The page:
Armed police are being drafted in to patrol Lewes bonfire celebrations this year due to the increased national terror threat.
Meanwhile local agencies have renewed their call to people living outside the town to ‘stay local’ rather than travelling to the event.
Concerns about over-crowding and public safety have led to parking suspensions, road closures and changes to the train services - a move which has sparked controversy amongst local people who have dubbed the plans ‘draconian’.
The restrictions mean Lewes will not be accessible from midday on Saturday, November 4, until the next morning. Cars parked on the A27 or in other restricted areas will be towed away.
The agency warns that most shops and pubs are closing early and there are no organised facilities or shelters on offer for people to safely wait until everything returns to normal.
Lewes Bonfire is run by the local Bonfire Societies, however due to the very large crowds expected, other organisations get involved in public safety planning.
The agency estimates that the last time trains ran unrestricted to Lewes on bonfire, 60,000 people were in the town – compared to its usual population of 17,000.
Most of them tried to squeeze into a small section of Lewes, putting huge pressure on these streets.Superintendent Ed De La Rue from Sussex Police, said: “The multi-agency group wants people to enjoy their bonfire celebrations and believes the best way to do this is to stay local.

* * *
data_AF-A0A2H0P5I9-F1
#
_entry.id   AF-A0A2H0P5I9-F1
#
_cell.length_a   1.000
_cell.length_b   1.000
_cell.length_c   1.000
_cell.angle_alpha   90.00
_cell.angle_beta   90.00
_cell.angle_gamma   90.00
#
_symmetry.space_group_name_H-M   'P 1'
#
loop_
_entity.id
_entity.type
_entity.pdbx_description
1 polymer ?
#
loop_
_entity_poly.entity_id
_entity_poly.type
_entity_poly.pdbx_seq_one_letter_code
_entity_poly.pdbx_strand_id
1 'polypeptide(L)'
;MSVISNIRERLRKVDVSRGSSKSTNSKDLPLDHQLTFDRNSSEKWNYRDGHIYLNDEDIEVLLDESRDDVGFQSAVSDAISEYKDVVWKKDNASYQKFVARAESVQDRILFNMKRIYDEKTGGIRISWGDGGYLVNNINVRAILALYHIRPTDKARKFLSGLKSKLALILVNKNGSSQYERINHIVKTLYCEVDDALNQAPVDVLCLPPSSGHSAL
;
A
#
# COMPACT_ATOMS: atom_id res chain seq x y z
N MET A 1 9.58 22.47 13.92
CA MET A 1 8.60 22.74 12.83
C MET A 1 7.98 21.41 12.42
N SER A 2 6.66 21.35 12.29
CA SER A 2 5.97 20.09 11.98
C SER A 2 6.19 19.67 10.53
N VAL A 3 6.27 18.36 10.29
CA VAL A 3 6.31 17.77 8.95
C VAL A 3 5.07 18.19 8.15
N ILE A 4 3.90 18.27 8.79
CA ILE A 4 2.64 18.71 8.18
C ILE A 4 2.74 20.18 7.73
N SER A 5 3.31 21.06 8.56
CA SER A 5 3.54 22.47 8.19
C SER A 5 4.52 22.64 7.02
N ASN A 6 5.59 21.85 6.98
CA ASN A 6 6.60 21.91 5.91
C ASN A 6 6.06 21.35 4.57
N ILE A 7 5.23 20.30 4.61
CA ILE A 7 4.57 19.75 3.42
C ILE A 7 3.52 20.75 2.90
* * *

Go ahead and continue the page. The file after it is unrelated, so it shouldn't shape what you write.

“Lewes bonfire is for the people of Lewes as the town cannot cope with a huge influx of people.
“Difficult and pragmatic decisions have been made for the sake of public safety.
“For those residents of Lewes who are attending the celebrations, we will have armed officers on duty in the town due to the current national terrorism threat level, tragically underlined by the attacks in London and Manchester.
“We are urging people to be alert not alarmed, these officers will be there to keep you safe.”
Mark Matthews, Assistant Director of Safer Communities at East Sussex Fire and Rescue Service said: “We know that Lewes can get very crowded and this raises problems with fire safety, particularly with torches being carried and people setting off fireworks where they shouldn’t.
“Working with other agencies, we make every effort to put measures in place to keep people safe and we ask that members of the public act responsibly by going to events in your own area.”
Chris Stamp from South East Coast Ambulance said 81 people suffered firework injuries at the event last year.
He added: “The processions pass through very crowded streets and raise the risk of injuries. In previous years there has been a problem with ‘rookies’ – rook scarers - causing serious eye injuries and we are keen to promote the use of eye protectors.”